I started my tradition of buying strawberries at the Viktualienmarkt the very first time I went to Munich. Traveling overseas can leave you in desperate need of grounding and this simple ritual helps me shift from hectic to feeling at home.
Viktualienmarkt is an open air market spanning almost 250,000 square feet around several city blocks. What began as a primitive farmer’s market at the turn of the 1800s has flourished into foodie heaven, without any pretense.
My song for this entry is Templeton the Rat (of Charlotte’s Web) singing “A Veritable Smorgasbord” as he walks around eating everything he can get his greasy little rat paws on.
Victual, the Latin word for food, and Markt, the German word for market, really says it all. This food market was originally in the center of Marienplatz, Munich’s main city square.
As it began expanding too far to be contained within Marienplatz, King Max ordered that the market relocate to a larger square just around the corner.
Most cities have a farmers market. I’ve been to them in other states and other countries, but this one is the most impressive. Rain or shine, at Viktualienmarkt you can find traditional butcheries, local dairy, and the freshest produce.
Most days, the market is open from 8 am until the dinner rush ends. This shop has eggs from birds I had not even heard of, some of them dyed and elaborately decorated.
Certain farmers specialize in Italian, Swiss, or French cheese, but you will find varieties from around the world.
This is not a safe place for cheese addicts.
Rows of gourmet olives, tapenades, pepper spreads, cooking oils, dried herbs, living herb plants, and spices were delightful.
Shop after shop of fresh breads, pastries, cakes, chocolates, honey, Turkish candies, roasted coffee beans, and other sweets present endless options.
You can also find homemade bath and body products, balms, salts, cosmetics, accessories, and gifts here. My favourite shop is this build-your-own bouquet stand:
Locals do their regular shopping here in the Viktualienmarkt, and you will often see them carrying reusable thermal grocery bags.
A very close German friend has often said that the Germans do not like when guests touch their produce, and they even have a few crass sayings against the transgression.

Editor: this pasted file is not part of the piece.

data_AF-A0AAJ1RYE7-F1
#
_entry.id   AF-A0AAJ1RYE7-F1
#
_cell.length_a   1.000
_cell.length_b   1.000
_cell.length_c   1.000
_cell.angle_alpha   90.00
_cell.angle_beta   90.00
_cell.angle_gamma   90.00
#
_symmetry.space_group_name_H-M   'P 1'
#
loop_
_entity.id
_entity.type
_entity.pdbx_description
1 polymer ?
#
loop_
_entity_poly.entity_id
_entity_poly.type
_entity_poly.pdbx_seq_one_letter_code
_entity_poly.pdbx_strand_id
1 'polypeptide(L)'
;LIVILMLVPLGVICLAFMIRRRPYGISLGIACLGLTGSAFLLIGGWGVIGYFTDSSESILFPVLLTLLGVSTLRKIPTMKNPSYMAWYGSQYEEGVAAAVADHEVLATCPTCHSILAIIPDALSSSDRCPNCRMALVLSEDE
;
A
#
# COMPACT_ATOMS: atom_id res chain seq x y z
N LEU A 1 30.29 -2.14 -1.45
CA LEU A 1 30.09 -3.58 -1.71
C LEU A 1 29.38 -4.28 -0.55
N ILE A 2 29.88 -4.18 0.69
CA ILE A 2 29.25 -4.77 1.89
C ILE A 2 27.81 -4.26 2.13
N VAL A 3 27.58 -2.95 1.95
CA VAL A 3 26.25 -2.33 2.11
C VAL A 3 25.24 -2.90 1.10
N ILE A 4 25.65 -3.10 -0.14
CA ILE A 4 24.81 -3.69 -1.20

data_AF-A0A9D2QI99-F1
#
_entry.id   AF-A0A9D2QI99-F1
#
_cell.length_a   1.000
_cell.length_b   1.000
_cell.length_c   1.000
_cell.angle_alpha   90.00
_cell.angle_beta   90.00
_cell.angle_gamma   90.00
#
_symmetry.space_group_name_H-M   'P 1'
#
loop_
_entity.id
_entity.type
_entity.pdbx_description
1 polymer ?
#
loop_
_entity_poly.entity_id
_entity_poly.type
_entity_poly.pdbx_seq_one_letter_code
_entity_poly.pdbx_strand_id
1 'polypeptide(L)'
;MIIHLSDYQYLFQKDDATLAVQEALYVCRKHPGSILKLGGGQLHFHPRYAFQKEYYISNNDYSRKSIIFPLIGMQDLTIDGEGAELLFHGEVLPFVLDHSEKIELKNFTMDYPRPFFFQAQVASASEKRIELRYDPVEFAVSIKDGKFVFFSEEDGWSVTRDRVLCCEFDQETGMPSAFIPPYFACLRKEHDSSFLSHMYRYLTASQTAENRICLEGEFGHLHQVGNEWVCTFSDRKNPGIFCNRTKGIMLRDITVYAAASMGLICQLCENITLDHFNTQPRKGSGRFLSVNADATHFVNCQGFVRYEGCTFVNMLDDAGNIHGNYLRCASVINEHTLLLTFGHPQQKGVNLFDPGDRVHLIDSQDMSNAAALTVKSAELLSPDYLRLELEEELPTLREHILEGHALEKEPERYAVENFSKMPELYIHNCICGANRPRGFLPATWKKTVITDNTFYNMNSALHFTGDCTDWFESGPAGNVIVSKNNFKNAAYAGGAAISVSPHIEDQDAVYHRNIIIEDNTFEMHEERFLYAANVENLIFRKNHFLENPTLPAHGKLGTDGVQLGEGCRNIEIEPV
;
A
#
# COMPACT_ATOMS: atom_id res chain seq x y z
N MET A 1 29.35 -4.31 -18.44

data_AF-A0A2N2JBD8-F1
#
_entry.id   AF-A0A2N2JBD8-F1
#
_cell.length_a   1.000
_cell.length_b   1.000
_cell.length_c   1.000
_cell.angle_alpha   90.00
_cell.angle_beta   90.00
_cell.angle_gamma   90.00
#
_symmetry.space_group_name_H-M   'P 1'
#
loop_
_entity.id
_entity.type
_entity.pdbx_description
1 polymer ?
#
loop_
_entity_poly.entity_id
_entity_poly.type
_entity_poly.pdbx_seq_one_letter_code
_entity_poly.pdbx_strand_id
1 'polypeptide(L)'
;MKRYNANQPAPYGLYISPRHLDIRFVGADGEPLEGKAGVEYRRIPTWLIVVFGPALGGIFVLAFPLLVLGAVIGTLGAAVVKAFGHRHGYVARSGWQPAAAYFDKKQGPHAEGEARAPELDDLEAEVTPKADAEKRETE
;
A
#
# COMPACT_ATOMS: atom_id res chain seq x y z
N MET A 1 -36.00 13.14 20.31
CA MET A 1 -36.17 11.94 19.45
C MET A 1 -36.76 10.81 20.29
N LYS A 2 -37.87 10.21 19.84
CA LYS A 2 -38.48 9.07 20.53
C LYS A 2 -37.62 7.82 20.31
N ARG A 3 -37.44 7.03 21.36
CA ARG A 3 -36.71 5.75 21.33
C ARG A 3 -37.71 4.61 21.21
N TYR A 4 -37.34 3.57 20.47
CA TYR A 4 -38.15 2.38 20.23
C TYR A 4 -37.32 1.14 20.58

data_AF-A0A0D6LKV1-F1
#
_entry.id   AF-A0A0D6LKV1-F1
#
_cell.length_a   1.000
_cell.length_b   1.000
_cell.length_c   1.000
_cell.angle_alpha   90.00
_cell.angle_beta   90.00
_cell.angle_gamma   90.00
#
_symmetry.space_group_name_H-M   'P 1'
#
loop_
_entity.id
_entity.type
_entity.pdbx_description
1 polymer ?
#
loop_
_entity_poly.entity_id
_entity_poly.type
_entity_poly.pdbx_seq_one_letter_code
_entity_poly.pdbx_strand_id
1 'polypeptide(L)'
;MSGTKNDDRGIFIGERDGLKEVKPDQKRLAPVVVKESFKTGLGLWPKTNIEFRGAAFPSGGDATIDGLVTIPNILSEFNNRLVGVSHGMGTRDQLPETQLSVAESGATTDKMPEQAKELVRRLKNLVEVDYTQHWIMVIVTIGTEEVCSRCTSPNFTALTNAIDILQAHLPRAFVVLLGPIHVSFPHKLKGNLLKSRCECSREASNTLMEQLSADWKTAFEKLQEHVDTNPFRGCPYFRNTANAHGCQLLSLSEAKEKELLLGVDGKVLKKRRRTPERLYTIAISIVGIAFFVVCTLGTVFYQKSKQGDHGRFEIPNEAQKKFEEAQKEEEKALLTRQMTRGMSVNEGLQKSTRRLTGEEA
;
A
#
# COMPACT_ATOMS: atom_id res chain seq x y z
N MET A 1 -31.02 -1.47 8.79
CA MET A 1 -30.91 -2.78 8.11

In the center and all throughout, there are Biergartens where you can sit and enjoy the items you have purchased. There is also a massive beer stand that is set up like a cafeteria queue. When you decide which beer you like, you pay and follow the corresponding line to that tap.
You will receive your beer in a large glass stein that you have already paid to borrow, and when you return it they refund the surcharge.
Ever been to Aldi? It is the same concept as depositing a quarter that you get back when you return the cart. Efficient, effective, and logical *swoon*
Here is a Youtube video I found that has some better shots of the market:
In 1516 the Münchner Reinheitsgebot, Munich’s Beer Purity Laws, were established and mandated that the only ingredients that could be used in the production of beer were water, barley and hops. Any beer found to be impure was confiscated and… well, they say it was “destroyed.”
Restaurants in Viktualienmarkt serve everything from street food and sushi to casual German fare; from fancy Italian ristorantes and daily-caught seafood to Asian woks and tiny cantinas. Most offer these items in to go packages too.
Roasted potatoes, sausages, schnitzels, pretzels, frites, rotkohl, sauerkraut, potato salad, spätzle, and other standard German dishes are found in abundance.
Some places have a makeshift dining room under tents with clear plastic walls.. Those are nice for cold rainy days, but the best way is to sit in a Biergarten.
We visited one Imbißtube (snack stand) for a small snack to go with our beer and were given a large slab of pork schnitzel and a soft buttery pretzel. Fair enough.
There are currently around 150 different shops inside the Viktualienmarkt with every type of food and treat a person could ask for, and “that’s where a rat can glut! Glut! Glut GLUT!”
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